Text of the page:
“Yes, right before he retired.”

  “So you’re an army brat?”

  “A Marine brat,” she corrected, concealing her wince at his failure to recognize the uniform.

  He looked uncomfortable again. “I don’t know anything about the military. All I’ve ever done is play football. I guess you’ve traveled all over the world, huh?”

  “Parts of it.”

  “I could tell you’re sophisticated.” He returned the photograph to its place, precisely lined it up as she’d had it. “You know wines, and things like that.”

  Luna felt a twinge of surprise. He sounded a little insecure, an emotion she would never have associated with him. He was always so cocky and brash, as if he thought it only natural to receive as much attention as he did. He lived in a mansion, she thought, and he was intimidated because she had traveled some and been exposed to a lot of formal dinners.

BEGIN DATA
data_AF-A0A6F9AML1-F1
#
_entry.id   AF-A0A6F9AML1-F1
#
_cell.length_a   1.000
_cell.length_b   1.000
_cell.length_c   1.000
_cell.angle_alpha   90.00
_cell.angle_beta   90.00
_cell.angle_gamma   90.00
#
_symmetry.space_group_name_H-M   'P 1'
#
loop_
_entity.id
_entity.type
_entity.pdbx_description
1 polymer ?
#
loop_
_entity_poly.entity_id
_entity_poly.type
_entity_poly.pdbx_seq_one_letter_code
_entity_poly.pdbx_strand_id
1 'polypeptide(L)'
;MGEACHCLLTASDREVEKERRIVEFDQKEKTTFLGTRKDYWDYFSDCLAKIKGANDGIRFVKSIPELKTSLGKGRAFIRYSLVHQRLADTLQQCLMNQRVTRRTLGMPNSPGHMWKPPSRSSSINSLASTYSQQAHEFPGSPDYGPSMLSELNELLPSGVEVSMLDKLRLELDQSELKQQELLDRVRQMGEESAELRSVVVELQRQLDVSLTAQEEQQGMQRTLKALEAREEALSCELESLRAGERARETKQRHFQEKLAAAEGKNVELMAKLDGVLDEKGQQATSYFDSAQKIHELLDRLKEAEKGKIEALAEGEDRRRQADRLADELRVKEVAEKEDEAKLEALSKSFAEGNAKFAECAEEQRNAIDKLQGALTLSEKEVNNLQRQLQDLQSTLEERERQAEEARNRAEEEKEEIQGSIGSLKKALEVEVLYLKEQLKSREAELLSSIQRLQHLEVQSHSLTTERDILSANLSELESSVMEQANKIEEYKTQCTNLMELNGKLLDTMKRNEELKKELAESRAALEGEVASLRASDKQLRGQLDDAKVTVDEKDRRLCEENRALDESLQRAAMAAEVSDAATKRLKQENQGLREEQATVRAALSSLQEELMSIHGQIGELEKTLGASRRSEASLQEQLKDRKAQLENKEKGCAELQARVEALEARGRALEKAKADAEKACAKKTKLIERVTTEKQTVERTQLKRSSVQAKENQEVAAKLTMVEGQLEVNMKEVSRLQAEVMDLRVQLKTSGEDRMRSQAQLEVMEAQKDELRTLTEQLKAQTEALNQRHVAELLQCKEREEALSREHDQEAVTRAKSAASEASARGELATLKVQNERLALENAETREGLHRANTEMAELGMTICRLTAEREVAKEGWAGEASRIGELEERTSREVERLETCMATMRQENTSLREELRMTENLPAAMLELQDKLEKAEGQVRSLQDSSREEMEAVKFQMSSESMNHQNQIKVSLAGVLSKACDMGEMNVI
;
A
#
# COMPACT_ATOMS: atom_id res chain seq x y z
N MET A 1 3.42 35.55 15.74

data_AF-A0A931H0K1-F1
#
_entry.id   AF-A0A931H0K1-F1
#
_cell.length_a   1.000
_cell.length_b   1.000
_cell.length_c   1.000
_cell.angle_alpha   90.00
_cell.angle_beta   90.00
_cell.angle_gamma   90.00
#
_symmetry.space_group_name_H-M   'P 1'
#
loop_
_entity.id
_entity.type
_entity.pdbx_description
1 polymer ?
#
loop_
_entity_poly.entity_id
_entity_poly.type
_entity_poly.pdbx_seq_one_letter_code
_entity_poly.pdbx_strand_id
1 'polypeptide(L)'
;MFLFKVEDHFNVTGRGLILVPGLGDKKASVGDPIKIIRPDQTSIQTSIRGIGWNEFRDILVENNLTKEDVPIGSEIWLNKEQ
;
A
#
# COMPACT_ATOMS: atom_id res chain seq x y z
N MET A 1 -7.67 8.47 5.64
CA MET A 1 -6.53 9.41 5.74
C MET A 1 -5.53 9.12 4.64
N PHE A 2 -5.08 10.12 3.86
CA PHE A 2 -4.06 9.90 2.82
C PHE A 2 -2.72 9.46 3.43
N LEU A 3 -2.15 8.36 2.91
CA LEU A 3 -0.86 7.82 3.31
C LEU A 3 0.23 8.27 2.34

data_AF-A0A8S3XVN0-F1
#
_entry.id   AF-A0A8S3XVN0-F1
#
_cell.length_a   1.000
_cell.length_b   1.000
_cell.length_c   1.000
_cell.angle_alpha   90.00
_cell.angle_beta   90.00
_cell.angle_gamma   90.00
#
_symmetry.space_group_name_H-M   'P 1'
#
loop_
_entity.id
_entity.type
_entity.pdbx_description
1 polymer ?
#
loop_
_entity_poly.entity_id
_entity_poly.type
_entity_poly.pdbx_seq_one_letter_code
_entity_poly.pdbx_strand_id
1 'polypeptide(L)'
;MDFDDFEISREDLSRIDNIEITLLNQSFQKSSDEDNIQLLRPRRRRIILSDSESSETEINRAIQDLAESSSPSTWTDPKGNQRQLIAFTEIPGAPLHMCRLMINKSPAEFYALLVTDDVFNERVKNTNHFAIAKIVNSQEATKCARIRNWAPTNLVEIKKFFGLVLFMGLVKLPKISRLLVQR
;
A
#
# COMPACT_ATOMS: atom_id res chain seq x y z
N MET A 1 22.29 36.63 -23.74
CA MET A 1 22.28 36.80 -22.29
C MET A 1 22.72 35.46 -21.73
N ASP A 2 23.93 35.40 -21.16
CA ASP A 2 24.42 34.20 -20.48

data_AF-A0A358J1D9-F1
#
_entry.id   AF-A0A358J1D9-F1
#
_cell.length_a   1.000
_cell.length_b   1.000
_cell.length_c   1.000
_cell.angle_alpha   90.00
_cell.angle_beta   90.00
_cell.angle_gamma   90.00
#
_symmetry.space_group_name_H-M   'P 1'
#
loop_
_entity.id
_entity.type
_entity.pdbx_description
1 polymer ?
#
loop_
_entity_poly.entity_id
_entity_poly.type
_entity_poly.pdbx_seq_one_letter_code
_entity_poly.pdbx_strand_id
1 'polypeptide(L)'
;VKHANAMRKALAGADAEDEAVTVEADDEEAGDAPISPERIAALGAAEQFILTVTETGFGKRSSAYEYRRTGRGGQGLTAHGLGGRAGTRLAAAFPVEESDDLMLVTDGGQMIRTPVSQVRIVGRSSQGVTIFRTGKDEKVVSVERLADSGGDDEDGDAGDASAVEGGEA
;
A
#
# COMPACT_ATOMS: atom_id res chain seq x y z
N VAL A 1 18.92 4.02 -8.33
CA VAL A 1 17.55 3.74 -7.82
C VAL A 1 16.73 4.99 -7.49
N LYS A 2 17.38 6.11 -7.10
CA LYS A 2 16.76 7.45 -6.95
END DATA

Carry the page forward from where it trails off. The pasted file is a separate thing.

“Would you like something to drink?” she offered. “I don’t have anything stronger than beer. There’s also fruit juice and milk.”

  “A beer,” he said, relieved. Maybe he’d been afraid she would offer him a selection of white wines.

  She got two beers out of the refrigerator and twisted the tops off, then handed him one. He watched, fascinated, as she took a long swallow.

  “I’ve never seen you drink beer.”

  She shrugged. “It’s kind of endemic to a military base. I like it.”

  He sat down and rolled the frosty bottle between his hands. After a moment of gathering his courage, he said, “Luna—the reason I’m here—” He stopped, and did some more bottle rolling.